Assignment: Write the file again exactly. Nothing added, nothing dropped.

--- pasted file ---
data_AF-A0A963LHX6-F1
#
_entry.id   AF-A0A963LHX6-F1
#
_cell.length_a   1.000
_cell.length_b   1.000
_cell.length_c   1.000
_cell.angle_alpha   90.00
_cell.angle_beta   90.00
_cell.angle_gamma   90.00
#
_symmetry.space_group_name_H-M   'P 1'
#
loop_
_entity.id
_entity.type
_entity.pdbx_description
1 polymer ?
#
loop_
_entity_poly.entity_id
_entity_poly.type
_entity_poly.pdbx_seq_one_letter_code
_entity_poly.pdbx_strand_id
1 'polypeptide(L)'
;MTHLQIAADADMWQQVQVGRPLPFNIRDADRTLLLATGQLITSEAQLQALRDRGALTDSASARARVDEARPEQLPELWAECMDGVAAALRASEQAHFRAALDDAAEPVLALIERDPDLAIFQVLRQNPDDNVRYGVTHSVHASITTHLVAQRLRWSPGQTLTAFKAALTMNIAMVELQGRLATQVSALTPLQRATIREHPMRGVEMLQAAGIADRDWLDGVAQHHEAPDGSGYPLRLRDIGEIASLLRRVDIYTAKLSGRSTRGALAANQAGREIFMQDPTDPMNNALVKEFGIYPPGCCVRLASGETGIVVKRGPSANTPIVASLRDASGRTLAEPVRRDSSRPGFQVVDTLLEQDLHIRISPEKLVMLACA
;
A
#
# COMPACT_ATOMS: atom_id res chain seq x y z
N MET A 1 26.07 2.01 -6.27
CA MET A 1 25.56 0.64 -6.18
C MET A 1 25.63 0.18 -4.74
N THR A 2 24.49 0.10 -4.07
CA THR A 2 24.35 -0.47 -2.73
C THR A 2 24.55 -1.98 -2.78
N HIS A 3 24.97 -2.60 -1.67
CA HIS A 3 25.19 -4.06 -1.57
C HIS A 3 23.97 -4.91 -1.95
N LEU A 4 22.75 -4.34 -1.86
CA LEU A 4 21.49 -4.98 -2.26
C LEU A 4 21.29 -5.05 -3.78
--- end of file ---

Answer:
data_AF-A0A963LHX6-F1
#
_entry.id   AF-A0A963LHX6-F1
#
_cell.length_a   1.000
_cell.length_b   1.000
_cell.length_c   1.000
_cell.angle_alpha   90.00
_cell.angle_beta   90.00
_cell.angle_gamma   90.00
#
_symmetry.space_group_name_H-M   'P 1'
#
loop_
_entity.id
_entity.type
_entity.pdbx_description
1 polymer ?
#
loop_
_entity_poly.entity_id
_entity_poly.type
_entity_poly.pdbx_seq_one_letter_code
_entity_poly.pdbx_strand_id
1 'polypeptide(L)'
;MTHLQIAADADMWQQVQVGRPLPFNIRDADRTLLLATGQLITSEAQLQALRDRGALTDSASARARVDEARPEQLPELWAECMDGVAAALRASEQAHFRAALDDAAEPVLALIERDPDLAIFQVLRQNPDDNVRYGVTHSVHASITTHLVAQRLRWSPGQTLTAFKAALTMNIAMVELQGRLATQVSALTPLQRATIREHPMRGVEMLQAAGIADRDWLDGVAQHHEAPDGSGYPLRLRDIGEIASLLRRVDIYTAKLSGRSTRGALAANQAGREIFMQDPTDPMNNALVKEFGIYPPGCCVRLASGETGIVVKRGPSANTPIVASLRDASGRTLAEPVRRDSSRPGFQVVDTLLEQDLHIRISPEKLVMLACA
;
A
#
# COMPACT_ATOMS: atom_id res chain seq x y z
N MET A 1 26.07 2.01 -6.27
CA MET A 1 25.56 0.64 -6.18
C MET A 1 25.63 0.18 -4.74
N THR A 2 24.49 0.10 -4.07
CA THR A 2 24.35 -0.47 -2.73
C THR A 2 24.55 -1.98 -2.78
N HIS A 3 24.97 -2.60 -1.67
CA HIS A 3 25.19 -4.06 -1.57
C HIS A 3 23.97 -4.91 -1.95
N LEU A 4 22.75 -4.34 -1.86
CA LEU A 4 21.49 -4.98 -2.26
C LEU A 4 21.29 -5.05 -3.78